A painter and graphic designer from Croatia, Emanuel Vidovic. He created iridescent landscapes with textures of crepuscular light and color that were inspired by cities like Venice, Split, and Milan and found their way into Croatian and other European countries’ visual arts. He was a nineteenth-century artist who experimented with a variety of historical styles, including post-impressionism, art nouveau, and expressionism, before developing his own distinctive, contemporary look. He painted church interiors, and many of his early pieces are rooted in Slavic history. His handcrafted sarcastic caricatures, which portrayed him as a guy with a high level of social awareness, were featured in books and periodicals in Croatia. He was also a highly talented graphic artist. Through his artistic output, he rose to prominence and rose to become the aesthetic pride of his hometown of Split. In shows held in Croatia, Italy, Austria, London, and Bulgaria, he displayed his artwork.
Early Childhood & Life
Ivan Vidovic and Paskva gave birth to Emanuel Vidovic in Split on December 24, 1870.
The drawing was a significant component of his education at both the Imperial Royal High School and the local primary school where he first received his education.
He enrolled in the renowned Accademia di Belle Arti in Venice in 1887 with the intention of studying architecture, but after becoming disenchanted with the school and the methods he was taught, he dropped out after three years. He continued on his own, looking at and exploring his own abilities. He used his drawings of Venice’s scenery to support himself during this time.
He started working at the Famiglia Artistica in Milan in 1892, which was established as a part of the Scapigliatura movement by authors, poets, and artists. The movement’s bohemian vibe was what gave it its identity. There, Emanuel Vidovic started to hone and develop his exquisite landscapes.
Emanuel Vidovic’s Career
He was inspired by the picturesque vistas of the lagoons and canals of the fishing village of Chioggia, where he spent some time painting the scenes on his canvas when he displayed his first collection of works in Milan in 1894. These pieces were luminous and full of light, and they had a symbolic quality.
When he eventually made it back to Split, he became friends with a number of the city’s painters and artists, including Josip Lalic and Ante Katunaric. In 1898, he started working in his own studio in Split and started teaching art at a nearby high school. This was followed by a trip to Chioggia to complete a few more paintings.
In 1901, he participated in the inaugural exhibition of the Literary Art Club, a brand-new venue for modern art in Split, and displayed his paintings alongside those of Josip Lalic.
In the cities of Zagreb and Split in 1903, he had the chance to exhibit his work alone. He attended art exhibitions in London, Milan, Sofia, and Vienna thanks to the caliber of his work.
He started creating caricatures for the satirical newspaper Duje Balavac in 1908 as a way to dip his artistic fingers into the world of ridicule. The next year, he continued his career in education by accepting a position as a drawing professor at the School of Crafts in Split.
After the First World War, he started solo shows, first in Split and later in Prague in 1923. He also produced paintings of landscapes and building interiors in various pastel tones as his technique developed. Later, a body of work known as the Trogir landscapes appeared, garnering praise from critics and art lovers for having features that were separate from the symbolism of his Chioggia landscapes.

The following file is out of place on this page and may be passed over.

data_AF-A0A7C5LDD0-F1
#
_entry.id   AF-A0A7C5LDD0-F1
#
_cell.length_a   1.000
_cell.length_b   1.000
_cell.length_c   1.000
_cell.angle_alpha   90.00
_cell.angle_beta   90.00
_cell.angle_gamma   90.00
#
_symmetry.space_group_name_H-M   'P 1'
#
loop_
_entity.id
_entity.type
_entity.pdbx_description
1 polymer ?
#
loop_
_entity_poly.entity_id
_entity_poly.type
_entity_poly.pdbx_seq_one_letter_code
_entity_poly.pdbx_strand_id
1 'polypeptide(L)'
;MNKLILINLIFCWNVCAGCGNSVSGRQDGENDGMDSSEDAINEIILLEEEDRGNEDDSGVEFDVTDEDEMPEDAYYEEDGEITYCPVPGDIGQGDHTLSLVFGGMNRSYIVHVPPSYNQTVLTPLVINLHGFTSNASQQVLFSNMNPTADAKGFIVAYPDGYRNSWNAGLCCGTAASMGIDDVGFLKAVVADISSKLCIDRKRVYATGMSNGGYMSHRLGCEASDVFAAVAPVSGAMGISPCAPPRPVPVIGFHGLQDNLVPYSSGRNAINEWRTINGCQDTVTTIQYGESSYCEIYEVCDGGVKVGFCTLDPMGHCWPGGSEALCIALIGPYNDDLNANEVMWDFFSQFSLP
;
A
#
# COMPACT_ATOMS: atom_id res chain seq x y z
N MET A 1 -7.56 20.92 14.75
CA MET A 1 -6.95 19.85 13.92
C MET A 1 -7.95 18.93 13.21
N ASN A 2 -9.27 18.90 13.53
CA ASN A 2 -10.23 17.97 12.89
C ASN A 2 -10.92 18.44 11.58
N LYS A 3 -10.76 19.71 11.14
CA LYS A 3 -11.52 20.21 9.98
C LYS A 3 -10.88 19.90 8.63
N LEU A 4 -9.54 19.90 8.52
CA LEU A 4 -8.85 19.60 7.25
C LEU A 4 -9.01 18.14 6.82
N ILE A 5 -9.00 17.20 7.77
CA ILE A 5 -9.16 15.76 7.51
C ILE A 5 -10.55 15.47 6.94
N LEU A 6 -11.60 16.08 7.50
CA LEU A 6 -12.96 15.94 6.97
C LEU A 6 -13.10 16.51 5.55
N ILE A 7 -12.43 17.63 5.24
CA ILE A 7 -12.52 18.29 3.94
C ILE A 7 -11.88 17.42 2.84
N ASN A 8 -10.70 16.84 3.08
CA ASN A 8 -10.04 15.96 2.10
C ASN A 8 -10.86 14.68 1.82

Between 1938 and 1942, his interior paintings started to take on a three-dimensional quality, giving them a lot more depth. He gained acclaim for his contributions to Croatian art and received invitations to prestigious European art festivals as a result. He became a member of the Yugoslav Academy of Arts and Sciences as a result.
His Bigger Works
Vidovic found lagoons and canals to be attractive, and on the lovely Italian island of Giudecca, he started his first paintings to realize his vision. He painted Giudecca, a piece incorporating divisionism techniques, or the use of dots and individual strokes depicting Neo-impressionism, in 1898 using twilight lighting and vibrant colors. His paintings of Chioggia were also produced around this time.
Many of his breathtaking vistas had the Croatian towns of Trogir and Split as their subjects. His notable collections, created around 1900, included “Little World,” “In the Lagoon,” and “Ships.”
In his later years, he started painting more still lifes, filling in the interiors with lighter and brighter colors while utilizing a darker palette for the background. Most of his works, including the “Split Cathedral” from 1939, had a poetic flavor.
Recognition & Achievements
Along with his friend Ivan Mestrovic and a group of Dalmatian painters, he created the Medulic Society in 1908; this organization used art to communicate its political message and incorporated poetry and heroic mythology from south Slavic traditions.
Personal Legacy & Life
In 1898, he wed Chioggia resident Amalija Baffo.
On June 1, 1953, Emanuel Vidovic passed away in Split, SFR Yugoslavia (current-day Croatia).
In a Romanesque home in the center of Split called Galerija Emanuel Vidovic, about a thousand of his paintings and drawings have survived.
Fact Through his satirical caricatures, Emanuel Vidovic conveyed his political opinions, supporting the separation of Croatia from Austria-Hungary.
Estimated Net Worth
Emanuel is among the wealthiest and most well-known painters. According to our research, Emanuel Vidovic has a net worth of $5 million, as reported by Forbes, Wikipedia, and Business Insider.